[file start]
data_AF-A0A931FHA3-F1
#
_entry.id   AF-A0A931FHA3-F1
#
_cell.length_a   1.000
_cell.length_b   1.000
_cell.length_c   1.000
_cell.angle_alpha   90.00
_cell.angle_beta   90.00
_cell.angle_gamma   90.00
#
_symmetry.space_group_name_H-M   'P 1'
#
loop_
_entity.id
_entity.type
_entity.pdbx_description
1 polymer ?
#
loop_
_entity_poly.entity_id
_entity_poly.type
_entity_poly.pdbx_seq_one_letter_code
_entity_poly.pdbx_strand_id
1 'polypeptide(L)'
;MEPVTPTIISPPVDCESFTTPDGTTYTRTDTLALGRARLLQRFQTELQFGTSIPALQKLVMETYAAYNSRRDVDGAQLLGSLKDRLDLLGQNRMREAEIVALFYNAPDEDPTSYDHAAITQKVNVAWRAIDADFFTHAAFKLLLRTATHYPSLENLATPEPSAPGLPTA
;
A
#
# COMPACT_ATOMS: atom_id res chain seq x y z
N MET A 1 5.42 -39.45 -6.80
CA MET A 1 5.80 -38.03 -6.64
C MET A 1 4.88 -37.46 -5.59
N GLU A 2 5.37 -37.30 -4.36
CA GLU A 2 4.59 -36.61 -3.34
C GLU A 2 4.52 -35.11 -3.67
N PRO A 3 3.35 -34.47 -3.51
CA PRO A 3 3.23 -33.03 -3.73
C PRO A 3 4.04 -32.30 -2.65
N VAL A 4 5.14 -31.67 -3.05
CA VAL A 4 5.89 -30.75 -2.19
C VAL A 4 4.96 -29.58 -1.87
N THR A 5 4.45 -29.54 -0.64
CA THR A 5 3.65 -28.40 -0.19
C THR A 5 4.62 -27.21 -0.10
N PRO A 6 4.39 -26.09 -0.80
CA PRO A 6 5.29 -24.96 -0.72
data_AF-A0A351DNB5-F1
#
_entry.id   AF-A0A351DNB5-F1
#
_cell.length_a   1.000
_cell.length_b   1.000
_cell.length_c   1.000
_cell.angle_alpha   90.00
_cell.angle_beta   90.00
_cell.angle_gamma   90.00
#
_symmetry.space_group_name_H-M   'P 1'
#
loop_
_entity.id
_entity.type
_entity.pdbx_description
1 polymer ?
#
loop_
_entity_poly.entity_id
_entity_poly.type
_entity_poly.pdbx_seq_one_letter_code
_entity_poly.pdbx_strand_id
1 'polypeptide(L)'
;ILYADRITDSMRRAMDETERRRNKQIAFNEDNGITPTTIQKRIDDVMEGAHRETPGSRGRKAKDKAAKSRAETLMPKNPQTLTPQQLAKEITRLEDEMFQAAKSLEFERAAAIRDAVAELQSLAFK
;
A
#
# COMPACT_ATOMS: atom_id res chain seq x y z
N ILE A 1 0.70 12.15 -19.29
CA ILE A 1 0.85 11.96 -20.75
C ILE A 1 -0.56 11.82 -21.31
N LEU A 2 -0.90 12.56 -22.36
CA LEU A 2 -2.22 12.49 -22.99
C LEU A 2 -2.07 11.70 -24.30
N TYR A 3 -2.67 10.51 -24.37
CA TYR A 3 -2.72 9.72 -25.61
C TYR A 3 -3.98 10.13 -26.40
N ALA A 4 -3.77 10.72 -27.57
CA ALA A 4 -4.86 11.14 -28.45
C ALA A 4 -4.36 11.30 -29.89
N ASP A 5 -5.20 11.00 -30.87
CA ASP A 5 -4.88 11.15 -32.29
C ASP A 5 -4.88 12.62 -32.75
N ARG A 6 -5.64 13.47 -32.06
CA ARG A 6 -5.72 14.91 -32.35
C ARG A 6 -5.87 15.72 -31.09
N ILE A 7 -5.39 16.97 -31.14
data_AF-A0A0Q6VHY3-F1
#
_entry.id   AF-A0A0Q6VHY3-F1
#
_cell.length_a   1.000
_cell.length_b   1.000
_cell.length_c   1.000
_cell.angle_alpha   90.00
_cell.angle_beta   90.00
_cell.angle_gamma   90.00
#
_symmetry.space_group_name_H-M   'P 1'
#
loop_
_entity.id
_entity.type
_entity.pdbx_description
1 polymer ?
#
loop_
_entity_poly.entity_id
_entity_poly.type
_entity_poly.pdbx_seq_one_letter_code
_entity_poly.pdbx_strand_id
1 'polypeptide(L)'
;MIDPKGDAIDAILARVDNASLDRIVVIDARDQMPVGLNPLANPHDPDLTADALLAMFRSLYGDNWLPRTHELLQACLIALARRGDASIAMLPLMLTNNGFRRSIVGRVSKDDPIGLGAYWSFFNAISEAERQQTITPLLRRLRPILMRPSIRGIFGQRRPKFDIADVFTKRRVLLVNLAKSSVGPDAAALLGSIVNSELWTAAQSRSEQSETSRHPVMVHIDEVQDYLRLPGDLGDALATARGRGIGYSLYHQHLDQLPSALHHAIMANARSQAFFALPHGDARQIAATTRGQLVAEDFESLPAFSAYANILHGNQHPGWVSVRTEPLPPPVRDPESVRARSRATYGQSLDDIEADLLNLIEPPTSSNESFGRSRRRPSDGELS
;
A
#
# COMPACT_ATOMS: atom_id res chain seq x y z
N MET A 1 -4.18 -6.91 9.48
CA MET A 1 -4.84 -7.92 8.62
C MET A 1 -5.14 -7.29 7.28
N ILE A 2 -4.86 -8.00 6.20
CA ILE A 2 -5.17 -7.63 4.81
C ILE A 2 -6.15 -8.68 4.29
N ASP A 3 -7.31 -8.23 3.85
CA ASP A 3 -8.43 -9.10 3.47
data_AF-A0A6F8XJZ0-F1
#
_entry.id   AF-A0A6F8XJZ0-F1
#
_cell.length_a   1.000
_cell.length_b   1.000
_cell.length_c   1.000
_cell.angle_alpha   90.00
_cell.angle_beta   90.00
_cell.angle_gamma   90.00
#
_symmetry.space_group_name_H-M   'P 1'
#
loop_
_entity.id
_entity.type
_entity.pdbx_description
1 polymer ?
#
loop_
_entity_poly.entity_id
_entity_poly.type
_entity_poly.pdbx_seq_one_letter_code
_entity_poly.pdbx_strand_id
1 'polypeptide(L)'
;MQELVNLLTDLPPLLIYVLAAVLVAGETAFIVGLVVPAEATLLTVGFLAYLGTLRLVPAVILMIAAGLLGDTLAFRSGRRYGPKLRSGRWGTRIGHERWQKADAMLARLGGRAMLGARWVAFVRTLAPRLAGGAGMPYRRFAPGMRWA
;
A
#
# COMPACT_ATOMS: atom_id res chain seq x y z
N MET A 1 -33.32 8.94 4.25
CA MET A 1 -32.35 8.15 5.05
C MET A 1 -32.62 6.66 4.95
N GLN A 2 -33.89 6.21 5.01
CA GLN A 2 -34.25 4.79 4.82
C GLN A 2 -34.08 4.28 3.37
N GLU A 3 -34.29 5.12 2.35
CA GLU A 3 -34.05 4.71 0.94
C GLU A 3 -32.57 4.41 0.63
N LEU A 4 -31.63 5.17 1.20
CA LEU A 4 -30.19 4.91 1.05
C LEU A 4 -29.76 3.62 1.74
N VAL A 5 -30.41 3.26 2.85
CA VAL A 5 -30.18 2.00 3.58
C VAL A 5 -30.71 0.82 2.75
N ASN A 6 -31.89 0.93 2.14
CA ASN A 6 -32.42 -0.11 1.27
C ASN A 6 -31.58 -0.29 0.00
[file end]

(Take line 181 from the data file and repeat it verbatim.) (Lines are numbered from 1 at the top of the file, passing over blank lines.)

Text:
CA ASN A 6 -32.42 -0.11 1.27